Oregon SCBWI Spring Conference

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Matt de la Peña

It was a good one, folks! Wonderful faculty (featuring Newbery Award winners Matt de la Peña and our own dear Victoria Jamieson), lovely participants, and (for once) we missed only a drippy rainy day while ensconced deep inside the Holiday Inn, Wilsonville.

I did not take notes, sadly. I did have the good fortune to participate in a first pages picture book round table with Sylvie Frank. She has a remarkable ability to make a quick, lucid, direct yet kind critique in her very first encounter with a manuscript. I suspect that everyone at the table (myself included) went home with valuable insights from her comments and those of others at the table.

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Victoria Jamieson


I was also one of twelve participants in a two part workshop with Martha Rago. The homework was an immense challenge: create a wordless dummy, start to finish, and include two pieces of finished art as well as an array of process work (character sketches, storyboards, etc.). We had about two months to complete the homework, which seemed tight enough, but then life intervened, as it does, and, although I had developed my concept and had previously completed a piece of art that served as the starting point that inspired my  characters and finished art, I ended up with very little time to actually create the dummy and finished art. The final process felt kind of like a marathon or college finals week. Grueling, but so satisfying when I was ‘done.’ But of course I am far from done…Martha put in a stunning amount of time making reams of notes for each participant. In the words of our illustration coordinator, Robyn Waters, those notes are GOLD.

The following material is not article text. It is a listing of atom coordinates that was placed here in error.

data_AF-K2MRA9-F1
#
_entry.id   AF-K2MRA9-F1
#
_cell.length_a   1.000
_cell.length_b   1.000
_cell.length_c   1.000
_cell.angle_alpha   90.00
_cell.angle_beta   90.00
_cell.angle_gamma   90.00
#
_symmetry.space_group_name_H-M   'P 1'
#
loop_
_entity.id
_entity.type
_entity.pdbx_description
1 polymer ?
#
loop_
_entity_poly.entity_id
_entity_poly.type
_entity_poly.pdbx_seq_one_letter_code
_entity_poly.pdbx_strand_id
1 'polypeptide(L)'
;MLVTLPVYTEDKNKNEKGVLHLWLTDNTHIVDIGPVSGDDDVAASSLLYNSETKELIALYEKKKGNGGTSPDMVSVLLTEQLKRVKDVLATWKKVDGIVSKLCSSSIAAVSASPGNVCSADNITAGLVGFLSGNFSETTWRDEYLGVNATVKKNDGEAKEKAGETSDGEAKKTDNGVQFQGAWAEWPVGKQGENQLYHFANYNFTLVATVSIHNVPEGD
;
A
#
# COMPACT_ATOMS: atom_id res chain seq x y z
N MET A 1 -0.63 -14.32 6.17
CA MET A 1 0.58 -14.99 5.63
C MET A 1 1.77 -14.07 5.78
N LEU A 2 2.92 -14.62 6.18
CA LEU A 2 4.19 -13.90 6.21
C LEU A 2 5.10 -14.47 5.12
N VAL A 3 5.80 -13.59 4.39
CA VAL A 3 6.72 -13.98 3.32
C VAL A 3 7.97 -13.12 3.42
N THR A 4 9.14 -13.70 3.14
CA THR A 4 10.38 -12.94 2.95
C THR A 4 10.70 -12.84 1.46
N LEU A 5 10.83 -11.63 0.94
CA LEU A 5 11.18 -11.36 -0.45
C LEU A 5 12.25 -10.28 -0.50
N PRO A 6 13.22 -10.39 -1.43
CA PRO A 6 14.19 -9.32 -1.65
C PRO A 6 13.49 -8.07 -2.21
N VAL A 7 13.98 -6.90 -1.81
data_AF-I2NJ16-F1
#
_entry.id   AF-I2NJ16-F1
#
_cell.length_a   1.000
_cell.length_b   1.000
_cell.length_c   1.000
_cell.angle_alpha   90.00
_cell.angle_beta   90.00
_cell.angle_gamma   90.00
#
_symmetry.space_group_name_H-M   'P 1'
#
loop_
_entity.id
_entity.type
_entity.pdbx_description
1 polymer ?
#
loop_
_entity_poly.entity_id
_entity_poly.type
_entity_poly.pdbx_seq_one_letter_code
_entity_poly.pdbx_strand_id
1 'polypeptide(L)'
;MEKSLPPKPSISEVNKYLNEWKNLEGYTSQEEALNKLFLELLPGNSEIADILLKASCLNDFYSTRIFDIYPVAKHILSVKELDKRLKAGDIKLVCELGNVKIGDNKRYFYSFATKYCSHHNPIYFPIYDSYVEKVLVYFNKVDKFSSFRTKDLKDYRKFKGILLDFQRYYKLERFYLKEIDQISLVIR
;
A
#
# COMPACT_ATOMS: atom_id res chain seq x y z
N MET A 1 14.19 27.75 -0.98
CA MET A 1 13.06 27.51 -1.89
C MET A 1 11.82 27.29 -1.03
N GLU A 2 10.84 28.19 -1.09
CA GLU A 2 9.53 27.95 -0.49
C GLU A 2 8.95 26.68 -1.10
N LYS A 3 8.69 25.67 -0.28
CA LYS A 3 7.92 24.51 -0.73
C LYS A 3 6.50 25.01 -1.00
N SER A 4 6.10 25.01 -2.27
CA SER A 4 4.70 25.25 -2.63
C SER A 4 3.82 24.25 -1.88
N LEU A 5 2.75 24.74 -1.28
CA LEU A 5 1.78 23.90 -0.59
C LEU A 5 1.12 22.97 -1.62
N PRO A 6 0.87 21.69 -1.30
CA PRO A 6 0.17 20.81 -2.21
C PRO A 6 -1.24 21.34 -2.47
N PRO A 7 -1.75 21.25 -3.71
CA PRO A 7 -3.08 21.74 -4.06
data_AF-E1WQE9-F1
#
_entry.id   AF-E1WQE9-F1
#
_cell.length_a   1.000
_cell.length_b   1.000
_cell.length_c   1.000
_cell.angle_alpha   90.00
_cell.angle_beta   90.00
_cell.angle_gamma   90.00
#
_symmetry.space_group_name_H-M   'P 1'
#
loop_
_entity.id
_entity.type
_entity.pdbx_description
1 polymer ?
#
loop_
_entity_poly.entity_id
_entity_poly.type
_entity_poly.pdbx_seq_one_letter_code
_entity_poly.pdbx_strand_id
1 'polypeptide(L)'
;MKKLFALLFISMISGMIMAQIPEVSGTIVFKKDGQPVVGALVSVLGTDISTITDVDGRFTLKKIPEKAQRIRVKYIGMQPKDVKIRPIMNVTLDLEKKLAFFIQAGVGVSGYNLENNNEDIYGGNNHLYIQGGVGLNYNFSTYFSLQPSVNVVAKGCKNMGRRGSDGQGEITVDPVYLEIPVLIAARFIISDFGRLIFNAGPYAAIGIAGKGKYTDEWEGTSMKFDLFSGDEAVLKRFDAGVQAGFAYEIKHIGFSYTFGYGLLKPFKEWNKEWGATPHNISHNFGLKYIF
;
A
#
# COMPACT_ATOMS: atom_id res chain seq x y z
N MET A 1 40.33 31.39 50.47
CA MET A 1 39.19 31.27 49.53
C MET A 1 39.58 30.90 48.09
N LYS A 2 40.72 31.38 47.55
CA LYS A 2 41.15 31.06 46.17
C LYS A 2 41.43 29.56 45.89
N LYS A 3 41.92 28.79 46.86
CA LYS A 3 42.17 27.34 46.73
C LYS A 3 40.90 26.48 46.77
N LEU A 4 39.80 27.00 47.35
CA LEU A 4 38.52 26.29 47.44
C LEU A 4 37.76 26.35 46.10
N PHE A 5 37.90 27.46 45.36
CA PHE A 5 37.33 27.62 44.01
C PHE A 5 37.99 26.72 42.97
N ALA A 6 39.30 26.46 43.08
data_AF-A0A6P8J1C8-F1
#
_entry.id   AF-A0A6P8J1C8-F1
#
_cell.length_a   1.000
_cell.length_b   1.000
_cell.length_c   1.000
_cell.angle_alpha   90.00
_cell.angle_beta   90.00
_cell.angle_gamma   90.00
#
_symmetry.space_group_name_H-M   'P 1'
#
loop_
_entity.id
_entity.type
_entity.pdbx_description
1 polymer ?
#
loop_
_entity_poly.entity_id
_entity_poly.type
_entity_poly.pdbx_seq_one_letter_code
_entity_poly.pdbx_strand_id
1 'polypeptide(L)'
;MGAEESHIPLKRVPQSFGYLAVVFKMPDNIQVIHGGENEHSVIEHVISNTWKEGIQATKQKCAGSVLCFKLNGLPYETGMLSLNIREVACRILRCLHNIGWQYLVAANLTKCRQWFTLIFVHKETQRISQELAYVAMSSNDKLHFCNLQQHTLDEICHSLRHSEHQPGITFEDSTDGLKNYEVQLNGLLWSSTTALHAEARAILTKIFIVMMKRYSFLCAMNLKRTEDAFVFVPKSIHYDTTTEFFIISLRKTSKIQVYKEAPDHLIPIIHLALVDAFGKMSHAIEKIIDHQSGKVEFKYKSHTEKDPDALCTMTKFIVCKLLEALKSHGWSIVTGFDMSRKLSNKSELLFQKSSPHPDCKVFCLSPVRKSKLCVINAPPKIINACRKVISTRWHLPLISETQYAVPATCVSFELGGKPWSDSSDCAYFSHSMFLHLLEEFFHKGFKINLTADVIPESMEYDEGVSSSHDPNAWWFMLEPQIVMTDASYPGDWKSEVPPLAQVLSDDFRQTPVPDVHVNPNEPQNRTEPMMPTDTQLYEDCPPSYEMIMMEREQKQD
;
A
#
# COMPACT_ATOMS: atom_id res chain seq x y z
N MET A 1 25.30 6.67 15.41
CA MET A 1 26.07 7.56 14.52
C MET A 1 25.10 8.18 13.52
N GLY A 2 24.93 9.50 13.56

I always experience conferences as an emotional roller coaster. It ain’t easy for us introvert artist types to put the work out on tables and screens for the world to view and comment on. The overwhelm can be extreme, and it is difficult to process on the spot. But after a few days or weeks the valuable input begins to rise to the surface while the useless comments drift away.

The hurtful experiences are the hardest to deal with. It’s hard to ignore the stuff that stings and it takes a while to know if it hurts because it’s so true — or because it is so far off the mark. A year ago I had a session with an agent who really crushed me. And I am here to tell you (and by you, I mean anyone who has been through this kind of critique recently and is still feeling the pain) that a year later I can see where he was coming from, and I can really see that the main reason his critique hurt was because he didn’t at all recognize where my art was coming from or what I was trying to do. Which doesn’t mean my art wasn’t doing what I wanted it to do. He just couldn’t see it because he was not a good fit for me. And that is good to know before I invest in pitching anything else his way!

This kids’ book business is not for babies, right? Time to put on my kick ass boots and get back to work…

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